Asian Surveying & Mapping
Breaking News
China sends new remote-sensing satellite in space
China has sent a new remote-sensing satellite into space,...
Launch of Russia’s Aist-2T remote-sensing satellites scheduled for 2022
SAMARA -  The Progress Space Rocket Center plans to...
India’s first satellite of 2020 Gsat-30 successfully launched
In the first mission of the year for the...
Egypt signs a bilateral space cooperation agreement with France
The Egyptian Space Agency has signed a bilateral space...
Two Iranian Remote-Sensing Satellites Ready for Launch
The University of Science and Technology handed over two...
Grab to launch geo-mapping services in Indonesia this year amid EV push
Southeast Asian ride-sharing firm Grab is targeting to launch...
Japan To Launch Electro-Optical IGS Reconnaissance Satellite In January 2020
Japanese satellite and space industry giant Mitsubishi Heavy Industries...
TomTom closes deal with Huawei for use of maps and services
AMSTERDAM (Reuters) - Dutch navigation and digital mapping company...
Terra Drone group company KazUAV supports World Bank’s school infrastructure risk assessment initiative in Kyrgyzstan
KazUAV is leveraging 3D mapping drones to help the...
Aerometrex Soars Higher with New 3D Models
Aerial mapper Aerometrex has released two new services for...

February 16th, 2007
Indian Arrangements to Change says Kapil Singh

Now, in a major departure, the government says it will allow private survey firms access to Indian skies. Private companies from India and other countries will now be able to undertake aerial survey work.

Last month, New Zealand Aerial Mapping announced a joint venture with Genesys Pvt of Hyderabad, to undertake such mapping work. It is believed this is the first project under the new rules.

A team from the Australian-based AAMHatch was present Map World, as were teams from European and North American service providers.

The minister said that the changes were necessary because of its ambitious development plans. At the moment, he said, the demands of mapping the country to the level required are beyond the resources of government. Private/public partnerships would be a major part of the future industrial landscape in the country, he added.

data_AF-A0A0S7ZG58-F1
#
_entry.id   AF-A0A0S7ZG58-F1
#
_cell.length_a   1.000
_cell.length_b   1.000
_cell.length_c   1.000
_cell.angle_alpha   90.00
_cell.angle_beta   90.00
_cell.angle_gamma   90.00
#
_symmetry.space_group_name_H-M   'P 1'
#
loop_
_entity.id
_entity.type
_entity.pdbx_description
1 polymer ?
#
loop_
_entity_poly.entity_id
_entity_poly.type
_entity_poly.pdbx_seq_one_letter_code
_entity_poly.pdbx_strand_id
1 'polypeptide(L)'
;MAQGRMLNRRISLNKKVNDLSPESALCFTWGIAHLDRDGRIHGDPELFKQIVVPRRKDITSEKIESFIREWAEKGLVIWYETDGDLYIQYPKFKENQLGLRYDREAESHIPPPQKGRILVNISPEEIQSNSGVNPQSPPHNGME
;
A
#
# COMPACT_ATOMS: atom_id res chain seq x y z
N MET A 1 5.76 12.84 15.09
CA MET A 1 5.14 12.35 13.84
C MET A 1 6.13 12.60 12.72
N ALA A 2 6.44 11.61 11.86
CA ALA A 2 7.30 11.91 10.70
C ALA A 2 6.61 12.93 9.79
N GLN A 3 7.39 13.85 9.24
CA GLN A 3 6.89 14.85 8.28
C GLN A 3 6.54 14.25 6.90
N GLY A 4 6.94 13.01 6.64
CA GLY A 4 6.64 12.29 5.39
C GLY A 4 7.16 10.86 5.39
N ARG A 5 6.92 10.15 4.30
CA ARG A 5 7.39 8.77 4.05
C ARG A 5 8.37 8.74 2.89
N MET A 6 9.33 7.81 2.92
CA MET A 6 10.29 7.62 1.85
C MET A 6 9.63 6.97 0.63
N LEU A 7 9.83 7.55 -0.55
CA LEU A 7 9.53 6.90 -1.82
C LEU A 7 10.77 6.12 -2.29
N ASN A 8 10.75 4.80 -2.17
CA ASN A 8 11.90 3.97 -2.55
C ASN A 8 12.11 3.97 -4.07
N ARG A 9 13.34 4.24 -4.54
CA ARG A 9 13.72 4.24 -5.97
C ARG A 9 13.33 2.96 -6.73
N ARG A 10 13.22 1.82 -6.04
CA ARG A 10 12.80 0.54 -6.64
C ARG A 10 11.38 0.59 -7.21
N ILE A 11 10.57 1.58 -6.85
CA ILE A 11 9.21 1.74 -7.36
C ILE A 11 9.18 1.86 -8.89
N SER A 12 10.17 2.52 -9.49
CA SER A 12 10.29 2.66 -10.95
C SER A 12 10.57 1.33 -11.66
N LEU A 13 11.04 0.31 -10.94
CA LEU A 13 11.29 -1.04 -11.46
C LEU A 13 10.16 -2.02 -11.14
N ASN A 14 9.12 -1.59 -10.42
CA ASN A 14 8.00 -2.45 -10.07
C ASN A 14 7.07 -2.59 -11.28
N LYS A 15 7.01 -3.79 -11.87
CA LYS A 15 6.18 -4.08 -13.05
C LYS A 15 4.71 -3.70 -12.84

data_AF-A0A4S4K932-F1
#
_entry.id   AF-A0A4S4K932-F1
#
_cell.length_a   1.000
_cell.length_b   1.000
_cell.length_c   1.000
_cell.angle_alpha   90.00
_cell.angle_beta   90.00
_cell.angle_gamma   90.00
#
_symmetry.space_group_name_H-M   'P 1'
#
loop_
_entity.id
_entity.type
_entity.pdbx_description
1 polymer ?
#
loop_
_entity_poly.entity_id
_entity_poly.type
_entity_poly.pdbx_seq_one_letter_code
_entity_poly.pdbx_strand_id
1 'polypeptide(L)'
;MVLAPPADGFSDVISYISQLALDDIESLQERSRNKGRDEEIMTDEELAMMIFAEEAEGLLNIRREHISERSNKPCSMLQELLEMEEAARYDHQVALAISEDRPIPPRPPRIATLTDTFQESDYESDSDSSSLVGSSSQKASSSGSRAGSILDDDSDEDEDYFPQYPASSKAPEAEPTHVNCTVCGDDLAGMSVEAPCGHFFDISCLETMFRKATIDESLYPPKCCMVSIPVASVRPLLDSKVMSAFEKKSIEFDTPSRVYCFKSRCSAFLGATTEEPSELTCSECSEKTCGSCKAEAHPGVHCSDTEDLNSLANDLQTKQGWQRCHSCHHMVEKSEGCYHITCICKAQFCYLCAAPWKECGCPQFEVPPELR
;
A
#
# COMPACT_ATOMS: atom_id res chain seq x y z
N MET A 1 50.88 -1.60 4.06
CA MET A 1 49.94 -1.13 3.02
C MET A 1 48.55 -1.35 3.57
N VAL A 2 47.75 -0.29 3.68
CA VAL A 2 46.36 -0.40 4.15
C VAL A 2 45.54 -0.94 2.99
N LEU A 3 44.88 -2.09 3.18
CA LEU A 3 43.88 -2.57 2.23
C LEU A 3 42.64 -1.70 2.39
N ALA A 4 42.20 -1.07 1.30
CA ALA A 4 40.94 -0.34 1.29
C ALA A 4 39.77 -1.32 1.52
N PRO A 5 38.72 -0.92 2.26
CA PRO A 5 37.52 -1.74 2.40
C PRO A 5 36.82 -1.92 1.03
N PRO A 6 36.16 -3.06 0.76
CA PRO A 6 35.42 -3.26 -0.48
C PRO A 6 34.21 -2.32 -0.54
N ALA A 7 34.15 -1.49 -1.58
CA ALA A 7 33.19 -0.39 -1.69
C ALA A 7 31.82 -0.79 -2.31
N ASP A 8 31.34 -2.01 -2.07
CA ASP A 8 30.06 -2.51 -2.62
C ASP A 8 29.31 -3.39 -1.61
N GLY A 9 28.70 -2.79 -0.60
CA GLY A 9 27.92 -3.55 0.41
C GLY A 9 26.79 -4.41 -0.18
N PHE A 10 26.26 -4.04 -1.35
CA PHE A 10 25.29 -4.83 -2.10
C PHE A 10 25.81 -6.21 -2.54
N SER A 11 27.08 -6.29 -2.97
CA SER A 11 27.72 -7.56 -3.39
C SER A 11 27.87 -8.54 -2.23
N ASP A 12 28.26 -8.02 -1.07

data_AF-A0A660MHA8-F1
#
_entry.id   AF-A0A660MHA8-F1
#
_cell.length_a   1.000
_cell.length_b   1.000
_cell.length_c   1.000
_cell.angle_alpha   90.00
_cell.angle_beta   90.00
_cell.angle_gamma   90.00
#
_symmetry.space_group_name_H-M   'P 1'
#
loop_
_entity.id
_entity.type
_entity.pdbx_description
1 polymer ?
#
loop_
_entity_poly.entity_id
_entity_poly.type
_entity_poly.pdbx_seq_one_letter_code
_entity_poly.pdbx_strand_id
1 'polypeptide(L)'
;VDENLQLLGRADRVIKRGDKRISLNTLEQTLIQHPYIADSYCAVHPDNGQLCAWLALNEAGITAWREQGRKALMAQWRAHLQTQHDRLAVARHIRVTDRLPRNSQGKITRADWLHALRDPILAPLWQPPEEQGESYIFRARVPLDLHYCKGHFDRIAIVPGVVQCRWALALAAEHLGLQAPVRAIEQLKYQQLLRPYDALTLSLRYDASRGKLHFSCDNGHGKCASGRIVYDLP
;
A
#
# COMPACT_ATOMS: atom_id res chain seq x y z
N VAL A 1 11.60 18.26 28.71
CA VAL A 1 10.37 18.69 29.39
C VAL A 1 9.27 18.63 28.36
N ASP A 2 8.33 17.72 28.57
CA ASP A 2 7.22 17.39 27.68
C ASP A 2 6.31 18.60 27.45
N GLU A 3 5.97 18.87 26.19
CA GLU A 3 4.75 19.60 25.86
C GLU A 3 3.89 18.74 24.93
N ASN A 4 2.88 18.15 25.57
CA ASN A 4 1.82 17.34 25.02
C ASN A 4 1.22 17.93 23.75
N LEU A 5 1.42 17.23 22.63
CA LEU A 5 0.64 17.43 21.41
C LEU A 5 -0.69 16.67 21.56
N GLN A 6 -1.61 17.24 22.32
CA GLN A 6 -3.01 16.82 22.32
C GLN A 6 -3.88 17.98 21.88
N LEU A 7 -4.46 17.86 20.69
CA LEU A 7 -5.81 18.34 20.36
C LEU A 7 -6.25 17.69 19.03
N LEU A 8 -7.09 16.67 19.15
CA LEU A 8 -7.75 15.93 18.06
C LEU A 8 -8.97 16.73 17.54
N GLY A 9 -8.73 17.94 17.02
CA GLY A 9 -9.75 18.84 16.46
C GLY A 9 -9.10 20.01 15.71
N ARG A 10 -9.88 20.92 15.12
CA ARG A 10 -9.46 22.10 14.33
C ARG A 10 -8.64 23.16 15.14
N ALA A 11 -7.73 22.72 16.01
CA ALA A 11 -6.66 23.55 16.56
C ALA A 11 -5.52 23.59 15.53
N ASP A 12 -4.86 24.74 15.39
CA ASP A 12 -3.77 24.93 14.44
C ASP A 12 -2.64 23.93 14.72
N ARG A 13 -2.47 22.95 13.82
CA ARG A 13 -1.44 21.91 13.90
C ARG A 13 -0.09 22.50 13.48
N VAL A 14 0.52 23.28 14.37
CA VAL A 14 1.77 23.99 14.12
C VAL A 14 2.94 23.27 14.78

Despite India’s legendary skills in IT, less than 3 per cent of local government have a GIS or any form of computer mapping. The cadastre is antiquated. It is still mostly based on paper.

But it is becoming increasingly evident that GIS is necessary to deliver many of the services Indians expect from their government. Cabinet has decreed it necessary to implement a vast number of e-government initiatives.

Much of this malaise was revealed by the response to the Boxing Day tsunami. The central government mandated that a warning system should be created as soon as practical. The minister was able to assure the conference that the Indian Tsunami Warning System will be operational this year. The central control site for this is located in Hyderabad.

But a vital component of this system is a good representation of the topography of the littoral region, both on and off shore. Previously, mapping near the coast was the preserve of the military. However, when planners came to use the military’s data, they found it totally inadequate for the detailed modelling necessary to predict the behaviour of an incoming wave.

As a result, military restrictions have been lifted. A new digital elevation model of the coastal region and marine surveys of the seabed have been undertaken.

One consequence of all this is that the demand for local geographic data will explode. India may well change from being a net exporter of GIS skills to being an importer. With much work to be done, and so few skilled people, this seems inevitable.

Headlines